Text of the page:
Erica De Bruin, assistant professor of government, published an online article in Foreign Affairs titled "Coup-Proofing for Dummies: The Benefits of Following the Maliki Playbook" on July 27.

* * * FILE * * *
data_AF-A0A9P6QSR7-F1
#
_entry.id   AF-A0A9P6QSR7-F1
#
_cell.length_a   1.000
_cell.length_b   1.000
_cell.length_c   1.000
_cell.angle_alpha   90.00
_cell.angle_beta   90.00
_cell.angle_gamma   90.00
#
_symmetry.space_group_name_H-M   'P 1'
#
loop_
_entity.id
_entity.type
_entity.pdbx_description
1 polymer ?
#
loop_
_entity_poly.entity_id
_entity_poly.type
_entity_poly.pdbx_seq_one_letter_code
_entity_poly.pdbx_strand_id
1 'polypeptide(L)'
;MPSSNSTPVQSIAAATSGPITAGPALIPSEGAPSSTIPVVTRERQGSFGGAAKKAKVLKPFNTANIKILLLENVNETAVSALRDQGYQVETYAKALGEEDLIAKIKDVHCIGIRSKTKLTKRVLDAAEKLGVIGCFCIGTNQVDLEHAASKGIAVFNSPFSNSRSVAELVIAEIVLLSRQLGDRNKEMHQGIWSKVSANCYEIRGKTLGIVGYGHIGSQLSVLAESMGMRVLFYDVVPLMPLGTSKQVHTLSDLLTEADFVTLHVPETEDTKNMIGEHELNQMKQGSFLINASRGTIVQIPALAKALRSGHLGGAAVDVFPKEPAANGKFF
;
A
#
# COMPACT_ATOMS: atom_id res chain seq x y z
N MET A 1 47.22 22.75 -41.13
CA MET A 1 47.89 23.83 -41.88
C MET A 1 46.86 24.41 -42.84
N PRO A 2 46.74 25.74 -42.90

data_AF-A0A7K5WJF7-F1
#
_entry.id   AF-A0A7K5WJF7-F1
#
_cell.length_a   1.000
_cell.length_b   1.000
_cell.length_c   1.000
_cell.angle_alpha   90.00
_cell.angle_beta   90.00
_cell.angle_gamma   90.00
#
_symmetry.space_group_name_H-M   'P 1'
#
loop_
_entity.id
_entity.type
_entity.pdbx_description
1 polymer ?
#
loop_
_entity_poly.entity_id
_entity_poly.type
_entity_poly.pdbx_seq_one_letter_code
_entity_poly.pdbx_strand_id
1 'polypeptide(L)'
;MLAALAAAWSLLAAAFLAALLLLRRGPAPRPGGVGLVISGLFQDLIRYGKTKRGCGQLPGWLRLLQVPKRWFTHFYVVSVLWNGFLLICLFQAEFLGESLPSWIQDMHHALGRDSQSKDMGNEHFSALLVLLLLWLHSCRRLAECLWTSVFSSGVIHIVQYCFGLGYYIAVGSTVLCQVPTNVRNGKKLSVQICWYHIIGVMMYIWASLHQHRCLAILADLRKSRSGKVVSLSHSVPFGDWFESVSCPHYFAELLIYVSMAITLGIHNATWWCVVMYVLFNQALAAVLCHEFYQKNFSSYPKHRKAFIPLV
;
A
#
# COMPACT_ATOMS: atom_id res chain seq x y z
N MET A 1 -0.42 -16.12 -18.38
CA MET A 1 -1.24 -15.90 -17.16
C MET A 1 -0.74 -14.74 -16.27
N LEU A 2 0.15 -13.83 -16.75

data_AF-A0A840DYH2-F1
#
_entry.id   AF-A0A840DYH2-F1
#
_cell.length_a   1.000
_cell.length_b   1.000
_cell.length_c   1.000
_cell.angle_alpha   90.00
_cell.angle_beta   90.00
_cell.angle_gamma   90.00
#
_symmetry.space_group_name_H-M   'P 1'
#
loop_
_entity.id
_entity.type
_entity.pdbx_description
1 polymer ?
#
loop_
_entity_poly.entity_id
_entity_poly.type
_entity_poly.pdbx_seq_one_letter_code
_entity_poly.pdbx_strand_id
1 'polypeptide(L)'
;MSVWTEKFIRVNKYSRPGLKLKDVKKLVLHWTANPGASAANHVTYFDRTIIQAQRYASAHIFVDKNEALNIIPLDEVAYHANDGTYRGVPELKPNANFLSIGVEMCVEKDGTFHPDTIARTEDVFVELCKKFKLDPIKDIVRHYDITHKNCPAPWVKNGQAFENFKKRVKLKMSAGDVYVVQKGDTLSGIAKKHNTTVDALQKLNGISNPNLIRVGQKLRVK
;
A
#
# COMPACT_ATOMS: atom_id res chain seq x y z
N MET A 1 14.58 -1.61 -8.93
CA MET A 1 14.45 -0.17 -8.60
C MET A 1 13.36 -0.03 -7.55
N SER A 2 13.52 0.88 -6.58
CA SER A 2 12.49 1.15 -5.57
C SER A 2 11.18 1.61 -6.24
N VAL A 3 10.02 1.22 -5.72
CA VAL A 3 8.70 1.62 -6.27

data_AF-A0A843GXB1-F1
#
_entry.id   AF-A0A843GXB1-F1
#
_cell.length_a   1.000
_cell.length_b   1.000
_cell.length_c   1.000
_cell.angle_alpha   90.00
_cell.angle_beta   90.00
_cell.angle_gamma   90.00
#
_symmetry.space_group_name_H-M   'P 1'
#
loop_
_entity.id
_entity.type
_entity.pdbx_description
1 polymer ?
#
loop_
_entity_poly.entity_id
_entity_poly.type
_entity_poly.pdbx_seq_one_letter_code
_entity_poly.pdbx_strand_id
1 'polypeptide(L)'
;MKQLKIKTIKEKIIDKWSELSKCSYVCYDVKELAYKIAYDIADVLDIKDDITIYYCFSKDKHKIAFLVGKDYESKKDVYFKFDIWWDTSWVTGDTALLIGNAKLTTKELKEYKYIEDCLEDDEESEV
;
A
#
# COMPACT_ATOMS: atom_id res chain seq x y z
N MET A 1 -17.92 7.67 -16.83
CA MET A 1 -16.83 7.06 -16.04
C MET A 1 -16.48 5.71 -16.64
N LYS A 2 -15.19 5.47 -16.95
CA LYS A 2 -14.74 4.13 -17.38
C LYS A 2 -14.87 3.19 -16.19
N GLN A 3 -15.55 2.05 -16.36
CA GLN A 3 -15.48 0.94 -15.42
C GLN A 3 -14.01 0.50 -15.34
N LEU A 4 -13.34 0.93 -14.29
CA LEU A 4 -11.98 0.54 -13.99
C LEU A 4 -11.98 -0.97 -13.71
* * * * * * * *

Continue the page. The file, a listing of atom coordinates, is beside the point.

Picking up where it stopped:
The article examines the trades-offs rulers face between coup prevention and military effectiveness. In an effort to "coup-proof" his regime, Iraqi Prime Minister Nouri al-Maliki has divided and politicized Iraq's security forces, undermining military effectiveness. As a result, he's taken much of the blame for Iraq's poor performance against the Islamic State of Iraq and al-Sham (ISIS). Yet De Bruin argues that Maliki's actions are rational. For individual leaders, the consequences of a coup are much more serious than those of military defeat. And the evidence suggests that coup-proofing works. This means that the problem of how to improve military effectiveness in Iraq won't go away when Maliki leaves office.